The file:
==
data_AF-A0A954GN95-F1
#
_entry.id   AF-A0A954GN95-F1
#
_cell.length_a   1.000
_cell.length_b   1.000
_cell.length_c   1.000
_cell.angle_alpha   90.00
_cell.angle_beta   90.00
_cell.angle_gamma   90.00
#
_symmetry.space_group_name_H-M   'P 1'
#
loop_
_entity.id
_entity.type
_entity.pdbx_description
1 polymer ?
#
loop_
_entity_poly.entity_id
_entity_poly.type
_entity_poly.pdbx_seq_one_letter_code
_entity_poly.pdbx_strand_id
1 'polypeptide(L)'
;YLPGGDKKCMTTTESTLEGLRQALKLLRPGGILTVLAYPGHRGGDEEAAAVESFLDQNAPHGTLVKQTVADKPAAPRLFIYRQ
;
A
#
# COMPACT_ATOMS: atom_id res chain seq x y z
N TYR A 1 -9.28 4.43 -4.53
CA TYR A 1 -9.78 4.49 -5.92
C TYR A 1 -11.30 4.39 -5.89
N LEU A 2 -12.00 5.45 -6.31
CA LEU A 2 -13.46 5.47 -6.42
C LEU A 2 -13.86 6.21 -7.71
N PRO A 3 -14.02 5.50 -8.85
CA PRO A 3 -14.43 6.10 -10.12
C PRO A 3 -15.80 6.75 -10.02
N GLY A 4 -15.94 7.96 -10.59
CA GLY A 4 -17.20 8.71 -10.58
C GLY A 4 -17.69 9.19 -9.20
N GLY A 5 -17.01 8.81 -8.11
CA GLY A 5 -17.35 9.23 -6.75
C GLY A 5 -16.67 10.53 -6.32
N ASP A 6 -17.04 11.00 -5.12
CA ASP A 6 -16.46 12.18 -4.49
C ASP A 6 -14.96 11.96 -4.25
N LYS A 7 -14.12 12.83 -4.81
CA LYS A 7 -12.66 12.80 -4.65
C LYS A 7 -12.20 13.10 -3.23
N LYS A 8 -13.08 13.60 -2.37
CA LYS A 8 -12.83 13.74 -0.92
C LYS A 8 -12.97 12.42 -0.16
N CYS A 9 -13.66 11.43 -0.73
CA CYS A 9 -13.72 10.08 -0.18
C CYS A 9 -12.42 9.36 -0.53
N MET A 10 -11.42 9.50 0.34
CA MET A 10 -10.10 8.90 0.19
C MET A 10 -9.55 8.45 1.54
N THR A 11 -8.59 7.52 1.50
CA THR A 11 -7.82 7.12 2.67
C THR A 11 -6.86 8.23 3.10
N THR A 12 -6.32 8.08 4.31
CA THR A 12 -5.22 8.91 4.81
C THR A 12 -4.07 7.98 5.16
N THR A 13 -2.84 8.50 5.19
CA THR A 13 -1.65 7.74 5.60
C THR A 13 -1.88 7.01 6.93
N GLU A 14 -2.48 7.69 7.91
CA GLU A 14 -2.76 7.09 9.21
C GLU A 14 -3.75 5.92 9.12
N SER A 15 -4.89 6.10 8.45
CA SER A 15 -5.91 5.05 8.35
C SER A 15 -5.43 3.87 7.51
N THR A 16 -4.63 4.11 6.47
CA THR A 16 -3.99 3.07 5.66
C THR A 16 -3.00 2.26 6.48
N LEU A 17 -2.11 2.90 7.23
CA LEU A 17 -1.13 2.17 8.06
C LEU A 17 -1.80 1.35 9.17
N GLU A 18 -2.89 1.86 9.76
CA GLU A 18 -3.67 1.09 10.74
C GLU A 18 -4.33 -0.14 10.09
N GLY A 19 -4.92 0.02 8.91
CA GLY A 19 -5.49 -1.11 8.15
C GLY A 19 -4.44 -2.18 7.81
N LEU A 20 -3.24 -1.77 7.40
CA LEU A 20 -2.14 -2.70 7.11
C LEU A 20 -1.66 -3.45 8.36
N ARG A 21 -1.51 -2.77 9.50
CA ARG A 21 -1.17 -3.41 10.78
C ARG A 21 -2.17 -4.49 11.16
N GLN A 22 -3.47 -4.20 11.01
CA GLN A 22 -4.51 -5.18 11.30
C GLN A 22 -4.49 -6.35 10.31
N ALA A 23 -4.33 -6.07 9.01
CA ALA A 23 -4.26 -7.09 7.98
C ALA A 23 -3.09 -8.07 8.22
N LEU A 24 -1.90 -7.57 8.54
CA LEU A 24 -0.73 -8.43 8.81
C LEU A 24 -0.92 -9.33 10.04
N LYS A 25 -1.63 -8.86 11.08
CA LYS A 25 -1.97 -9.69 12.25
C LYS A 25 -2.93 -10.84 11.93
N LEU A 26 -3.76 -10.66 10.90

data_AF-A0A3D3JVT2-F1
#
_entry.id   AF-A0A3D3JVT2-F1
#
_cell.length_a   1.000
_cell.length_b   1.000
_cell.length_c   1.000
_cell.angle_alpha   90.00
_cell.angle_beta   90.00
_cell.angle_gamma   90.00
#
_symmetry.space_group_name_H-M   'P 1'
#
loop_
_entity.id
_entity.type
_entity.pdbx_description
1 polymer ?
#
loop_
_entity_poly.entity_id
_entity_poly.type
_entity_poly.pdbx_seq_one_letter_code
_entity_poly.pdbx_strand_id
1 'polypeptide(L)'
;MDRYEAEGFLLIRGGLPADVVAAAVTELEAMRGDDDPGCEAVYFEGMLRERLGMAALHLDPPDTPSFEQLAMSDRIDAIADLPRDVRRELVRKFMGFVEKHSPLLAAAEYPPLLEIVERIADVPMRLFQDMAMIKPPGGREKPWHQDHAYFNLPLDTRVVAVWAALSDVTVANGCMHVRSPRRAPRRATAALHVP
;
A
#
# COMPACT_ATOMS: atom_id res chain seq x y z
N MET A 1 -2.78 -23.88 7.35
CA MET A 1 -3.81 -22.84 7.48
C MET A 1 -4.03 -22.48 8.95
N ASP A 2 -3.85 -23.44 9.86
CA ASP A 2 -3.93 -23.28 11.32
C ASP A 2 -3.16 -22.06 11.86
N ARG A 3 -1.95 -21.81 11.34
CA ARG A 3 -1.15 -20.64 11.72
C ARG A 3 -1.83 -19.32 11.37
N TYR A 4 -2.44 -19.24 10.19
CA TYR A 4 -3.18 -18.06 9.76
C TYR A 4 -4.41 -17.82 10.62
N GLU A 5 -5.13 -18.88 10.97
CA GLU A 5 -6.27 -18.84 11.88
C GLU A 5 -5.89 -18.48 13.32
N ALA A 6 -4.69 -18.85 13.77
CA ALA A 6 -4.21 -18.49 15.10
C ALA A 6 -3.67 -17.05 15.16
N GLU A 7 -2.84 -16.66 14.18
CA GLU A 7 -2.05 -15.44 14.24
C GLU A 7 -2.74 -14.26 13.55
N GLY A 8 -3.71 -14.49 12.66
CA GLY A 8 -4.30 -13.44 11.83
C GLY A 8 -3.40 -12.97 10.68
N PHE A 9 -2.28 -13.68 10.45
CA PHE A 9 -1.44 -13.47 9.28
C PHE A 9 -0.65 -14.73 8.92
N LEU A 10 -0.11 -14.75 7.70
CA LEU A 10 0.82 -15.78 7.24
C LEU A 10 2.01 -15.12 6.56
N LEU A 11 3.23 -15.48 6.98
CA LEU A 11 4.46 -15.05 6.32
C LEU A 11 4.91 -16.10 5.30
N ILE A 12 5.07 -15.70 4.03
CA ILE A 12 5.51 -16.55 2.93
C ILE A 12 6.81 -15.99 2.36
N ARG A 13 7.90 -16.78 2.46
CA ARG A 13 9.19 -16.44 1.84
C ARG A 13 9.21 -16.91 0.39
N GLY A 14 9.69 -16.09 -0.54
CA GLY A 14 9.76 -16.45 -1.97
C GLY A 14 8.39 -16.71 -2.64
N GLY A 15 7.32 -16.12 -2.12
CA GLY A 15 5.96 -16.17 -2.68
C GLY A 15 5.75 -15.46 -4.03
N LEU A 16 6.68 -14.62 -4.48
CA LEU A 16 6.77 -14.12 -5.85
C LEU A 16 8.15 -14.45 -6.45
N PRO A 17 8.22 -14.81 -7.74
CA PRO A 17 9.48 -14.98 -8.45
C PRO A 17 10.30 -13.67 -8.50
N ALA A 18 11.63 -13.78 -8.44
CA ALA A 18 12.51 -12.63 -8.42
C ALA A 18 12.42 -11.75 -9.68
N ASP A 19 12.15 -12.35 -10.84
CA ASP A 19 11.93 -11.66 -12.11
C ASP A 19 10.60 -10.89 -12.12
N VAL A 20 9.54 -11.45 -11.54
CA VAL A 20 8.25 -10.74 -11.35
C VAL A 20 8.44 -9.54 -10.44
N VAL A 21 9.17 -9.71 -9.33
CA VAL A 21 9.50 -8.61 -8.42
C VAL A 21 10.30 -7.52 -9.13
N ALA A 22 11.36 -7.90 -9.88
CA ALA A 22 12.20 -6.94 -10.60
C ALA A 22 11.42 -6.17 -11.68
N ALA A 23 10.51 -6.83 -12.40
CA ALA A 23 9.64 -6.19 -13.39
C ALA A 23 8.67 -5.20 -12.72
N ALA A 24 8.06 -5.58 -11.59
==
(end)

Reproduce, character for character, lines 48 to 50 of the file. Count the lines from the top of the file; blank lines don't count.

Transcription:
C ASP A 6 -14.96 11.96 -4.25
N LYS A 7 -14.12 12.83 -4.81
CA LYS A 7 -12.66 12.80 -4.65